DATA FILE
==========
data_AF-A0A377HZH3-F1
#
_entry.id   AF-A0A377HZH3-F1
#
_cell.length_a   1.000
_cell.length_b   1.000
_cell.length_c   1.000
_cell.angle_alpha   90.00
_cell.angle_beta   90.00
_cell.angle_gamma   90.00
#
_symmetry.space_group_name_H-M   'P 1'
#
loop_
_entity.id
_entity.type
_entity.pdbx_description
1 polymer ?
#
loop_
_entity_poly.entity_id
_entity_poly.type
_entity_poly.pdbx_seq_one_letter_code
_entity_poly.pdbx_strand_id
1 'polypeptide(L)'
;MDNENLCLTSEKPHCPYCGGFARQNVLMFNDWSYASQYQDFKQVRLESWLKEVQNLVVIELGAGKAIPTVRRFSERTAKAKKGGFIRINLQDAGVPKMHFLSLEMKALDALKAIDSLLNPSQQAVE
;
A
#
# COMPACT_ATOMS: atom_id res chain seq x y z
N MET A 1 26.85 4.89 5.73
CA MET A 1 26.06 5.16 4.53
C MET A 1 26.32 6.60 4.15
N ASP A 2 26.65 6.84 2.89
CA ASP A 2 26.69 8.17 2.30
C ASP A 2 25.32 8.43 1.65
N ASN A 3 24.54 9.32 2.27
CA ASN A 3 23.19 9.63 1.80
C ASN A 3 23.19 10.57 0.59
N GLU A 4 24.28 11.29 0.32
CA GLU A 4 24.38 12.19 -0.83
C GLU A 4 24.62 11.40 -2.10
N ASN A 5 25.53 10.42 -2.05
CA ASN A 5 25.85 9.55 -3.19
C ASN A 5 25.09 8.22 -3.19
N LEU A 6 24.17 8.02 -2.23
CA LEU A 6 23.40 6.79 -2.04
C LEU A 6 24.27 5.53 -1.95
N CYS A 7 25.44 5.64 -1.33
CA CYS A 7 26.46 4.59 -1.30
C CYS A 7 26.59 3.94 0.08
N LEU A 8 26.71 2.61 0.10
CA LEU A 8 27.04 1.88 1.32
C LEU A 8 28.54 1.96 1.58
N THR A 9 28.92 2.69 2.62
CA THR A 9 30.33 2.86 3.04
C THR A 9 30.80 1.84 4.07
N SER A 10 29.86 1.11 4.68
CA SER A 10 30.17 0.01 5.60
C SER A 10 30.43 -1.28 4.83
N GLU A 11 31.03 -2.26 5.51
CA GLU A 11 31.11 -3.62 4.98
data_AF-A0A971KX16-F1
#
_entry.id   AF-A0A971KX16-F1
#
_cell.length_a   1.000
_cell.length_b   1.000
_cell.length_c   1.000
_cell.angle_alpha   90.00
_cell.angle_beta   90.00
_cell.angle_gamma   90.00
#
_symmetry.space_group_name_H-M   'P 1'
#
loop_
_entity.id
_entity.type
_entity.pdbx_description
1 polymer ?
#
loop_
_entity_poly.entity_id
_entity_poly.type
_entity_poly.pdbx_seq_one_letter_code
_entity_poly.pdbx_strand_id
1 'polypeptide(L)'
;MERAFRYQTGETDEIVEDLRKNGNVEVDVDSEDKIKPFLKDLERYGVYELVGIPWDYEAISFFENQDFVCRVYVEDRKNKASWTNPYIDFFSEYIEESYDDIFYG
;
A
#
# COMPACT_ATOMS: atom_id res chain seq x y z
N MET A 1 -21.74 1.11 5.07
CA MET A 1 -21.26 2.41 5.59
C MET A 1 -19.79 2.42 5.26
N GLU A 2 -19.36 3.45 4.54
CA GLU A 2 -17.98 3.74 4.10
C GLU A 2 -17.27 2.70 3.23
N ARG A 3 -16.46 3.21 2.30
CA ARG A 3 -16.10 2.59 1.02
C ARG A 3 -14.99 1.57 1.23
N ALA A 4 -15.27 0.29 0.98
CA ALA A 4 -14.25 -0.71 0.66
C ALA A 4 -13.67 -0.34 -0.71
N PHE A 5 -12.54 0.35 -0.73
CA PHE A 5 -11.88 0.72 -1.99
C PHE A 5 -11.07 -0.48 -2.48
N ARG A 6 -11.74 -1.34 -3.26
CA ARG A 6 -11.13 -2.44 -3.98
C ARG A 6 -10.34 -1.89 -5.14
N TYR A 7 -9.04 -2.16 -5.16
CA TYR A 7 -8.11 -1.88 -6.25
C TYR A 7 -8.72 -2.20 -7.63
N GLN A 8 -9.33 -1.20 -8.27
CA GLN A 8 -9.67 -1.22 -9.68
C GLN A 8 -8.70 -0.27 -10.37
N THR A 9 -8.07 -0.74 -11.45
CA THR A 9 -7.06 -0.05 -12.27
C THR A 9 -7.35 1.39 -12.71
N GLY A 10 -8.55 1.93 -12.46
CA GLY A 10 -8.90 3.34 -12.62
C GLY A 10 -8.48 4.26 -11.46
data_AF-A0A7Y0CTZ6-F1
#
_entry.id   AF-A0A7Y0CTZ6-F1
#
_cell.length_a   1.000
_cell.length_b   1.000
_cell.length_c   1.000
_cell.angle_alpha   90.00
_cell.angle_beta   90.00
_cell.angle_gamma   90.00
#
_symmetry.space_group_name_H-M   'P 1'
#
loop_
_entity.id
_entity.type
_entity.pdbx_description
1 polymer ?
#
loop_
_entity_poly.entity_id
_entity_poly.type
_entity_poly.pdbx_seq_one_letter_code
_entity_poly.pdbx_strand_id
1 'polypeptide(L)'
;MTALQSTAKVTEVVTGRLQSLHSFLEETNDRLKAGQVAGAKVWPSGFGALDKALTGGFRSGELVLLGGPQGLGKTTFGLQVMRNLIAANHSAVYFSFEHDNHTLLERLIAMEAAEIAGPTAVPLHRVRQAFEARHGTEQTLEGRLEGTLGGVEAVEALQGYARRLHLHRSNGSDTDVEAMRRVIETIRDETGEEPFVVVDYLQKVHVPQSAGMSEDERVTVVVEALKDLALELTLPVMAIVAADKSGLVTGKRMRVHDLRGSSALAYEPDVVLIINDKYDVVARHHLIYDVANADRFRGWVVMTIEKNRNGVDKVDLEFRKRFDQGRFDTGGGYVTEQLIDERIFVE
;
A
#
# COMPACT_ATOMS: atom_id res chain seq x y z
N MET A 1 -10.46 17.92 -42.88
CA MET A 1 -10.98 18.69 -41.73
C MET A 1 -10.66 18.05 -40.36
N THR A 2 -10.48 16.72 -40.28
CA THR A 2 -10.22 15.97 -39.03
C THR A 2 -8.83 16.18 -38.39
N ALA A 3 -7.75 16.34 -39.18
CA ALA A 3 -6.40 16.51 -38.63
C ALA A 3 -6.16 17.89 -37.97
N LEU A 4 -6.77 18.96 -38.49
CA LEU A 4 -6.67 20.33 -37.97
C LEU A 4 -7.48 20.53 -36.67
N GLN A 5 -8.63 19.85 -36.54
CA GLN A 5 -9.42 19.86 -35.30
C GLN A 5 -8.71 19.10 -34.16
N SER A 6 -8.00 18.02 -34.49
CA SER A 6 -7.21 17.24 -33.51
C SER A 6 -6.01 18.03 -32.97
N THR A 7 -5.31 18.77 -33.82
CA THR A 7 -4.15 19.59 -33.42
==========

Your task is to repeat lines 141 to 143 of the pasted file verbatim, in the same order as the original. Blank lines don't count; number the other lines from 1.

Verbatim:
#
loop_
_entity_poly.entity_id